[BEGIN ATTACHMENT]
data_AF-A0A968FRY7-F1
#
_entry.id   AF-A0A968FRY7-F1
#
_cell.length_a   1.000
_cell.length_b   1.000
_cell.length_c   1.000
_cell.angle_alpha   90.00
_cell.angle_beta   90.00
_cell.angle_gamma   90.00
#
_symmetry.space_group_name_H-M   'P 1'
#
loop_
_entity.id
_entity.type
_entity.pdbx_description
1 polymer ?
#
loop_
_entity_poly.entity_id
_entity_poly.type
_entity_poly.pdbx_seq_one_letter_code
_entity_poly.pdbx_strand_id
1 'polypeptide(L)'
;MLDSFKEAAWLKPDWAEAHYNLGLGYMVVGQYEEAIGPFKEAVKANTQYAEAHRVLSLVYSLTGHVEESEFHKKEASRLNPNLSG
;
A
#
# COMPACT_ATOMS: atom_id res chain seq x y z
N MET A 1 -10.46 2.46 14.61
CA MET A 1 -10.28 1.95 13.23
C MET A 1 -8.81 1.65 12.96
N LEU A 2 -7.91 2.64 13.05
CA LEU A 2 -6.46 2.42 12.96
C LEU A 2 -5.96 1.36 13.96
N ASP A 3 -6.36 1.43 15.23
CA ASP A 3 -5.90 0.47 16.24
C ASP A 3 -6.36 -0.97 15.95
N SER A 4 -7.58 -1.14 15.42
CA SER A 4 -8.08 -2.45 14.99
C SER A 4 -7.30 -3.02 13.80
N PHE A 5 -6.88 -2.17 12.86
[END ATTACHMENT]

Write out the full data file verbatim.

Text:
data_AF-A0A968FRY7-F1
#
_entry.id   AF-A0A968FRY7-F1
#
_cell.length_a   1.000
_cell.length_b   1.000
_cell.length_c   1.000
_cell.angle_alpha   90.00
_cell.angle_beta   90.00
_cell.angle_gamma   90.00
#
_symmetry.space_group_name_H-M   'P 1'
#
loop_
_entity.id
_entity.type
_entity.pdbx_description
1 polymer ?
#
loop_
_entity_poly.entity_id
_entity_poly.type
_entity_poly.pdbx_seq_one_letter_code
_entity_poly.pdbx_strand_id
1 'polypeptide(L)'
;MLDSFKEAAWLKPDWAEAHYNLGLGYMVVGQYEEAIGPFKEAVKANTQYAEAHRVLSLVYSLTGHVEESEFHKKEASRLNPNLSG
;
A
#
# COMPACT_ATOMS: atom_id res chain seq x y z
N MET A 1 -10.46 2.46 14.61
CA MET A 1 -10.28 1.95 13.23
C MET A 1 -8.81 1.65 12.96
N LEU A 2 -7.91 2.64 13.05
CA LEU A 2 -6.46 2.42 12.96
C LEU A 2 -5.96 1.36 13.96
N ASP A 3 -6.36 1.43 15.23
CA ASP A 3 -5.90 0.47 16.24
C ASP A 3 -6.36 -0.97 15.95
N SER A 4 -7.58 -1.14 15.42
CA SER A 4 -8.08 -2.45 14.99
C SER A 4 -7.30 -3.02 13.80
N PHE A 5 -6.88 -2.17 12.86